Design is a process of assimilation and innovation. We are all standing on the shoulders of giants. While I certainly don’t look at galleries such as Dribble for solutions to specific design problems, I definitely look to it for inspiration. In such galleries, I find inspiration in the form of a personal challenge. I perceive a beautiful design as a gauntlet thrown down by the other designers of the world, daring me to make something as beautiful and enticing as they have. That inspires me to be the best I can, in the solutions that I am making.

    In the end, of course, we designers are making solutions to problems – which means we are often forced to create new solutions and break new ground. In this arena, nearly every great idea I’ve had was built upon observations of people trying to make use of my shitty ideas. In this sense, my inspiration comes from people. Learning about my target audience, having conversations with users, discussing that information with my team…all these things are invaluable. It’s a foundation upon which all things should grow.

    But deriving inspiration from the work of other designers in the world – that’s every bit as valuable if you are trying to push to get the best possible work out of every project you work on.

    I know this isn’t your point – you say you still use design galleries. But I don’t like diminishing areas of great value, simply because another area is more valuable. You say “You won’t find inspiration in design galleries: just a solution to someone else’s problem.” Well, I don’t know about you, but when I see an elegant solution to a real problem, I feel incredibly inspired to bring forth as much elegance in my own work. I just would hate to downplay how powerful that can be. Instead, I would encourage young designers to absorb as much as they possibly can from galleries, but don’t stop at the pretty pictures. Go to the sites, see how they function, try to understand why they made the decisions they made and whether you think it actually works well. Then tuck those experience away in your subconscious, ready to be pulled out at a later date.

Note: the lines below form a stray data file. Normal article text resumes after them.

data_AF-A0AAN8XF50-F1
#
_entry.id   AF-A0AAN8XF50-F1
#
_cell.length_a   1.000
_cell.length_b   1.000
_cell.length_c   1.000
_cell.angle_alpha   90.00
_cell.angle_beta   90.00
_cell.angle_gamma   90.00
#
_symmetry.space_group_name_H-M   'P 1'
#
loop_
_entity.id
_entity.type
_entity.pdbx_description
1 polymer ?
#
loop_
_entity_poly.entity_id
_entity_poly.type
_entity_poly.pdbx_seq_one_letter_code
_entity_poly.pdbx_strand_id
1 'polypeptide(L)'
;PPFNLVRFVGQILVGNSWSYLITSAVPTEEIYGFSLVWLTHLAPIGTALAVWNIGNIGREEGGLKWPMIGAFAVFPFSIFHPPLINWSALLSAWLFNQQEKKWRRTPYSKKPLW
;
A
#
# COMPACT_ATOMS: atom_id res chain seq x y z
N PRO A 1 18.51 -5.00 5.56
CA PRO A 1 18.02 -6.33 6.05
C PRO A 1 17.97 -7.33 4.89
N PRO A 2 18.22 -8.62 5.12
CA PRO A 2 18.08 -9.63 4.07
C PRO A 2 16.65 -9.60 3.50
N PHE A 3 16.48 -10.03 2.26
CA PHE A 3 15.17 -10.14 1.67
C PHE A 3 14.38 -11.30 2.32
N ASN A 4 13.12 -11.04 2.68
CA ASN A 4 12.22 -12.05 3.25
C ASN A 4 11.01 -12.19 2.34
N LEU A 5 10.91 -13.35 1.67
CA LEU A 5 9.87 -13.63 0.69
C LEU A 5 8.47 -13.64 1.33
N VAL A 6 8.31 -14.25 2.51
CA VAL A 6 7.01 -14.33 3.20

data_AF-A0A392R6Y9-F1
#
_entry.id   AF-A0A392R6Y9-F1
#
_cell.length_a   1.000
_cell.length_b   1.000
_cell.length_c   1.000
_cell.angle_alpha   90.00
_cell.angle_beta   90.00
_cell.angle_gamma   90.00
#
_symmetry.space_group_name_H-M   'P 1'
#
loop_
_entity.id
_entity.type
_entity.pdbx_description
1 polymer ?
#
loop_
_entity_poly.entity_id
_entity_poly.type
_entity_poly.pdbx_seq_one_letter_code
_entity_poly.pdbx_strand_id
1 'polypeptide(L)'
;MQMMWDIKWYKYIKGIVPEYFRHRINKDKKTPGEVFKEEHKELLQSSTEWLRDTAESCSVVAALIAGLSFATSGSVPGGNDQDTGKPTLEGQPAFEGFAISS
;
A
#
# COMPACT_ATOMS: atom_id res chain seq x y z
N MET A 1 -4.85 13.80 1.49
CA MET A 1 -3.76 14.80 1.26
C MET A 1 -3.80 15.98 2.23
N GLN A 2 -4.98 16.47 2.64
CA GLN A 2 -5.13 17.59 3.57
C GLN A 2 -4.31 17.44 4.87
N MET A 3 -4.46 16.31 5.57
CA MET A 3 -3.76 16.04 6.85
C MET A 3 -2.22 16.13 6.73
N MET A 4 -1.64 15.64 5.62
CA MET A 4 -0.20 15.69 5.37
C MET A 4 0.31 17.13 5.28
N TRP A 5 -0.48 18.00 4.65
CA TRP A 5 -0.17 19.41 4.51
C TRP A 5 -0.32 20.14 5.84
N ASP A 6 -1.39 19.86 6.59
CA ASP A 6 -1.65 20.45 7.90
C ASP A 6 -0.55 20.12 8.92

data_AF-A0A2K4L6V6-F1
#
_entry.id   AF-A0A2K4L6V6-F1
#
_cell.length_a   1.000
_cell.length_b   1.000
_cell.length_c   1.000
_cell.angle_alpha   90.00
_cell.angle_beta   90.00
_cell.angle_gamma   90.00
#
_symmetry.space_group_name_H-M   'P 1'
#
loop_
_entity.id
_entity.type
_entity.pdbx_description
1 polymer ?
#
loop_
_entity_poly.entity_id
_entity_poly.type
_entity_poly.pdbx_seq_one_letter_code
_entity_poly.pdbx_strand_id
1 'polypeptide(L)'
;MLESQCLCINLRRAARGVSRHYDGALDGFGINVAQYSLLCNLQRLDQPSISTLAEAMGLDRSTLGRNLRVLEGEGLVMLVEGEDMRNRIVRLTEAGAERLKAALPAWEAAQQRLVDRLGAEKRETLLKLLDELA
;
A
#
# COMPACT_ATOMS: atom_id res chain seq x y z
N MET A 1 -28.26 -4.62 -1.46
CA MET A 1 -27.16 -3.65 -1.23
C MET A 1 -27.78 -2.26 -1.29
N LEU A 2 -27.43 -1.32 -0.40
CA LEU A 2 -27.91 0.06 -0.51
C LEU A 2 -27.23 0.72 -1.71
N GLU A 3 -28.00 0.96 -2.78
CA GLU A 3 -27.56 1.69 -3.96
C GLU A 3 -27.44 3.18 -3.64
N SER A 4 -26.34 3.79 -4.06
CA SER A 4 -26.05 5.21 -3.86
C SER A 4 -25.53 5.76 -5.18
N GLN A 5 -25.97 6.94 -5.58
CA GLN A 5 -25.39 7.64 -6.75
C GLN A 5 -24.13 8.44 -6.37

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    Hi, great article. I feel the same when viewing other peoples work sometimes. Other than the technical and visual interest of a site, it can be hard to judge how good, or indeed inspiring a site is unless you also know what the brief / problem was.

  22. 26

    Very informative and an inspirational post. I can relate so much to your paragraph about the design brief !